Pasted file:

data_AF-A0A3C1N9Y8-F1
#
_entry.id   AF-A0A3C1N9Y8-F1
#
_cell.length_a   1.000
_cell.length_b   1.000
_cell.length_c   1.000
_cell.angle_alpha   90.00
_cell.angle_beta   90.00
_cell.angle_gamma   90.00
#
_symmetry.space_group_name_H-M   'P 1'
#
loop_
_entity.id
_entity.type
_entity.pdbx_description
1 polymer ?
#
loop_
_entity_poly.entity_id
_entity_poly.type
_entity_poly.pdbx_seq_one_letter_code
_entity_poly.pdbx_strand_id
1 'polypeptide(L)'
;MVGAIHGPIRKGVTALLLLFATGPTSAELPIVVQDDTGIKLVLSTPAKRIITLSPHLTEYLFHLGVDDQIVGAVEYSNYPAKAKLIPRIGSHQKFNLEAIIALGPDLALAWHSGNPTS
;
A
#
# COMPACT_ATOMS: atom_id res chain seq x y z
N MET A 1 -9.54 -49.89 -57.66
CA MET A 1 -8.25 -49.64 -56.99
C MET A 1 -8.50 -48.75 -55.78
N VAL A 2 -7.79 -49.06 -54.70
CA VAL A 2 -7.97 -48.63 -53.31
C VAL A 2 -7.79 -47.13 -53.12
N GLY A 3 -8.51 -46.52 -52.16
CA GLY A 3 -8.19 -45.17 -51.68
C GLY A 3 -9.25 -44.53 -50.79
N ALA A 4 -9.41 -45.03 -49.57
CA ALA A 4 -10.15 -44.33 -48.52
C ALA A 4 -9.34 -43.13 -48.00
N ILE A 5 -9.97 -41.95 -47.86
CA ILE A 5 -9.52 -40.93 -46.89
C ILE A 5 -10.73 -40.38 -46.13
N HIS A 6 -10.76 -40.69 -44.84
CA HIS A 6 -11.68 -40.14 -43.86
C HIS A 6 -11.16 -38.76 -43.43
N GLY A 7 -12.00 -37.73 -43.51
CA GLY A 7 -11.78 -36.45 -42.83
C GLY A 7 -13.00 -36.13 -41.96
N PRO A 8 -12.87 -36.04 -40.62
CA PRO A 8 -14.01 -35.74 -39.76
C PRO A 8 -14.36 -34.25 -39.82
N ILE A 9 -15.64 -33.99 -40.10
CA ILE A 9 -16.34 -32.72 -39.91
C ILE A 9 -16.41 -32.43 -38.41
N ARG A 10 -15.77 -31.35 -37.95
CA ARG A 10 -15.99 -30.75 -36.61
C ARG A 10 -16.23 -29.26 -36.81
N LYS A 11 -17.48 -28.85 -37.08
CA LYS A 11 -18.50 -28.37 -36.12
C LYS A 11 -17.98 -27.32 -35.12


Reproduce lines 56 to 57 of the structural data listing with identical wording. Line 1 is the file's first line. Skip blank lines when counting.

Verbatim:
CA ILE A 9 -16.34 -32.72 -39.91
C ILE A 9 -16.41 -32.43 -38.41